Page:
FORT PIERCE FOLKS
THE WANDERING MUSICIAN
Sometimes following a dream can lead someone to some
BY SUSAN BURGESS
ANTHONY INSWASTY PHOTOS
Bryan Chauncey Mays of Fort Pierce plays several brass instruments, among
them, the flugelhorn. Flugel means wing in German and refers to its shape.
as keeping me from getting in trouble,” he said with a smile.
“She gave me a trombone which I still play.”
He was still in high school when he got his first professional
job playing at a party in Natural Bridge State Park in
Slade, Kentucky. His bandmates were his high school principal
and his band director. “That was something,” he said, still
delighted by it.
In 1976, he headed for Morehead State University in
Kentucky on a music scholarship and stayed there until he
had his master’s degree in music. He had played in his high
school jazz band. He liked Morehead because it had a good
jazz program, he said. But he was in for years of constant
practice and study — not only the typical undergrad courses
and then working on his masters, but also intense music
courses. He took years of complex music theory and learned
to identify chords when he heard them, sight-read music and
sing the notes he was reading without accompaniment.
“For most people who want to be in a band or orchestra,
reading music swiftly and easily is a must,” he said. “But
when people hit music theory, a lot of them drop out.”
From 1984 to 1999, Mays toured the world as a musician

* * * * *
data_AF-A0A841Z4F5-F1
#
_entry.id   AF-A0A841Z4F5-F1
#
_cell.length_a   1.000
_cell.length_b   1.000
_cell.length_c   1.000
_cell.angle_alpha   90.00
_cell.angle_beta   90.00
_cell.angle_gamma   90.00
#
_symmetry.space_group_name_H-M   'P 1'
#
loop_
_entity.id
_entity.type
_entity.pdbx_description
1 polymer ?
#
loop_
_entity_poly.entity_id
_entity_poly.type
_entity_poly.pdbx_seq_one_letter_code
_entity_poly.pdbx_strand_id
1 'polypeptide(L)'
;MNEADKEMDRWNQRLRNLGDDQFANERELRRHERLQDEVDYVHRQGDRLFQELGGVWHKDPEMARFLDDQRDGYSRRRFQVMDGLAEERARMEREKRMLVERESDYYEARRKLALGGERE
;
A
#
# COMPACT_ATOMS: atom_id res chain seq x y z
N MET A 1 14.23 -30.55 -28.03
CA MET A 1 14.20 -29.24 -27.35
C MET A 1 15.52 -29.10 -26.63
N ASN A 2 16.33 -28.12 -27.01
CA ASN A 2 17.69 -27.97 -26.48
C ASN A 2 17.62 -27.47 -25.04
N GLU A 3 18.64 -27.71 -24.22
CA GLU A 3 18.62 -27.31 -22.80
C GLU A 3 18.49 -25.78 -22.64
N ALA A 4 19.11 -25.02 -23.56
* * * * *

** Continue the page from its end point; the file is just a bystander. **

or band leader on cruise ships. “I think I went everywhere
except the Far East,” he said. That was how he spent four
months in Alaska, he said, recalling flying to a glacier on a
helicopter and standing there staring into the depths of a
crevasse. The ship he was on was docked in the icy state.
mighty strange places. For Bryan Chauncey Mays, whose
dream was to become a musician, it led to traveling the
world, playing in every state except Hawaii, scuba diving in
the Black Sea and spending four months in Alaska.
Mays is a professional trombone player, although he also
plays other instruments including tuba, trumpet, guitar,
keyboards and percussion instruments. He’s most likely to be
seen around town playing trombone with the Fort Pierce Jazz
& Blues Society or the For Dancers Only Band, also known as
the FDO Band.
But he has met and played for celebrities, some of whom
are household names, throughout his 52-year career. Think
of The Who with Roger Daltrey, Johnny Mathis, Little River
Band, Hugh Jackman, Weird Al Yankovic, actress Bernadette
Peters and well known Broadway shows like The Lion King
and Bye Bye Birdie. With the Craig Turley Orchestra, he toured
Right now Mays is on a five-city Florida tour with one of
the nation’s most famous singers, Johnny Mathis. In January,
Mathis performed many of his hits at the Sunrise Theatre in
Mays, a native of Kentucky, was 12 when he started playing
trombone. He wanted to join band in sixth grade, but had
to wait until it was offered in seventh grade.
“When you join beginning band, they teach you how to
play,” he said. He loved it. He practiced hard and by the time
he was a sophomore in high school he said he knew that his
career was music. His mom was happy — “I think she saw it
Mays, known by his middle name, plays the BBb tuba. It is the largest of the
brass instruments. He most frequently plays the trombone.